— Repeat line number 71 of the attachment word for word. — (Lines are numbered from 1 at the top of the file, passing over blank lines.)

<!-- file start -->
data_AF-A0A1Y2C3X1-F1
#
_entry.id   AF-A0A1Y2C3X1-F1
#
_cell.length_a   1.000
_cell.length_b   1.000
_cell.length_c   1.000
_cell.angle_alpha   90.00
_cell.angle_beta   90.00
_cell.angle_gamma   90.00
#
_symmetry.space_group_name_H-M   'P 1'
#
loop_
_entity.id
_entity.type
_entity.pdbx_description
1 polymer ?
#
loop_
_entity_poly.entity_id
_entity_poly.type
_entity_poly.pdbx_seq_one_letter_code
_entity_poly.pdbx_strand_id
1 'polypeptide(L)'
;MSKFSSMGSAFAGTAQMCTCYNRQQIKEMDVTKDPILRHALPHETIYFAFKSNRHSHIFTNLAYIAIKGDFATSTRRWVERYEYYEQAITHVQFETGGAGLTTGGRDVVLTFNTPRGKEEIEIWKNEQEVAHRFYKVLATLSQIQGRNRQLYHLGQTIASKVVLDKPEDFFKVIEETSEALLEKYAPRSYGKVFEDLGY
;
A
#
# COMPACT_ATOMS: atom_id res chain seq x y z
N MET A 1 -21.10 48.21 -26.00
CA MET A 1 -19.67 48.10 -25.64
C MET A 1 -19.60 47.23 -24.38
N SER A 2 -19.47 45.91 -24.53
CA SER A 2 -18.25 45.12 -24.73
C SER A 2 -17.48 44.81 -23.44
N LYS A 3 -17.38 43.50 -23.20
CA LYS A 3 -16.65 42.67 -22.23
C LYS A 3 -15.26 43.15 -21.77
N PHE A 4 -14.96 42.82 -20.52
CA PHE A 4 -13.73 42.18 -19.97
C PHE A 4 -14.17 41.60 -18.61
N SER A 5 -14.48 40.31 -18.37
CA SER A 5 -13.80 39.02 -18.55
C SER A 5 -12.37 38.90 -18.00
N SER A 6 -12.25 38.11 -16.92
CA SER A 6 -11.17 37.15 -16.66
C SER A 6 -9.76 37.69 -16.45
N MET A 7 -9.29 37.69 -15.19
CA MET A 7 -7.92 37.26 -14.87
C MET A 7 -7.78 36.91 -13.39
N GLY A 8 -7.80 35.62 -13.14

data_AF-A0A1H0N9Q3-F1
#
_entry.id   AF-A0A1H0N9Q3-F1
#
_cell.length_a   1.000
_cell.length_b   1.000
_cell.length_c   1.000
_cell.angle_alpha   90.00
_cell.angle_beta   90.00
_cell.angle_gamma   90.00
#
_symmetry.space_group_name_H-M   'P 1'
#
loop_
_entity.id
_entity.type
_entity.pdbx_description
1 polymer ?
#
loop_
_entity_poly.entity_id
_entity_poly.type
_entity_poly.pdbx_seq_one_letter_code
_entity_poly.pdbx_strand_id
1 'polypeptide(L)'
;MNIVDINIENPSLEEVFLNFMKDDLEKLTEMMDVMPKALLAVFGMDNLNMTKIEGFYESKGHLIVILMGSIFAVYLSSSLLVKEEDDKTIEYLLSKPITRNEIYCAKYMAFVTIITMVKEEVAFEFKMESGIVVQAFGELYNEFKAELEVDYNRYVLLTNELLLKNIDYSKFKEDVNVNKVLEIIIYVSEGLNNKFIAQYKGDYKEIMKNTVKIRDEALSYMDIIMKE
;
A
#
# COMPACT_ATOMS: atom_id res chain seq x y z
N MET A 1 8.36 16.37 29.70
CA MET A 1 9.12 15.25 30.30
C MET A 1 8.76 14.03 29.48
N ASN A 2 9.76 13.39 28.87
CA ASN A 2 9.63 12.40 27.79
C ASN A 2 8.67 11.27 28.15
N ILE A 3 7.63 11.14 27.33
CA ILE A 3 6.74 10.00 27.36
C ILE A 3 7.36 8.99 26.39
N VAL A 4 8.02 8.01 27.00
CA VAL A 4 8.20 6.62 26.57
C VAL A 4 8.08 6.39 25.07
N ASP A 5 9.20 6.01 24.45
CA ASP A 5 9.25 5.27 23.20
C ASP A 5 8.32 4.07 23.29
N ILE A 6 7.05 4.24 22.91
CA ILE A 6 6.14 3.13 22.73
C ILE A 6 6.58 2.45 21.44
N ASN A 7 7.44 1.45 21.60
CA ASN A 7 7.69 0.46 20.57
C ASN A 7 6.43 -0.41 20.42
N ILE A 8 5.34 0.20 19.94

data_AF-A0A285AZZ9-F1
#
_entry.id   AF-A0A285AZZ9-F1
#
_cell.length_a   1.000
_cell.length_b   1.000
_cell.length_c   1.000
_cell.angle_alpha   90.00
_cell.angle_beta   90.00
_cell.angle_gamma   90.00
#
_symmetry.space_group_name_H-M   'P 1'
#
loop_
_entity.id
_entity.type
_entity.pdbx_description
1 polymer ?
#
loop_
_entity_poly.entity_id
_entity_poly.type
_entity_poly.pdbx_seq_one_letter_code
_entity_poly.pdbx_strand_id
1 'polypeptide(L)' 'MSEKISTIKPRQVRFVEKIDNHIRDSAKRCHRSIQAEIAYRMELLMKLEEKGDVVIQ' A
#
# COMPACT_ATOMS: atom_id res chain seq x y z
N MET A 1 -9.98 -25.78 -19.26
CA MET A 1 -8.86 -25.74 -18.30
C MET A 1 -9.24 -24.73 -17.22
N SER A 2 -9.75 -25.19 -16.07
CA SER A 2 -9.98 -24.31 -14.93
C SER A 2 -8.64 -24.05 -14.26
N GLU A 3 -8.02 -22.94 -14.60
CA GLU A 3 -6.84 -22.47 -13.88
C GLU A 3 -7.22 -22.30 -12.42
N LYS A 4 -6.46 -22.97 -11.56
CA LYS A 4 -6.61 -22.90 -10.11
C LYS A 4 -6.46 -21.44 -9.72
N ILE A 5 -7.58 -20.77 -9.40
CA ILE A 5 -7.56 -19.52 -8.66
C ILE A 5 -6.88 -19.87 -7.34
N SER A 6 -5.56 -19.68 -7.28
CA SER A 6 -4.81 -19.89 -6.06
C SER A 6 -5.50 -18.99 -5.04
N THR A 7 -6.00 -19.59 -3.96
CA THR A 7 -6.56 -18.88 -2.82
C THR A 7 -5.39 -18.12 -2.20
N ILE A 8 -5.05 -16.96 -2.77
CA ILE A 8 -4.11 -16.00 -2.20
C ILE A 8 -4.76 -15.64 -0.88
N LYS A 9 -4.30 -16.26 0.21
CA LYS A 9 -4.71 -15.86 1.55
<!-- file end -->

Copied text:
#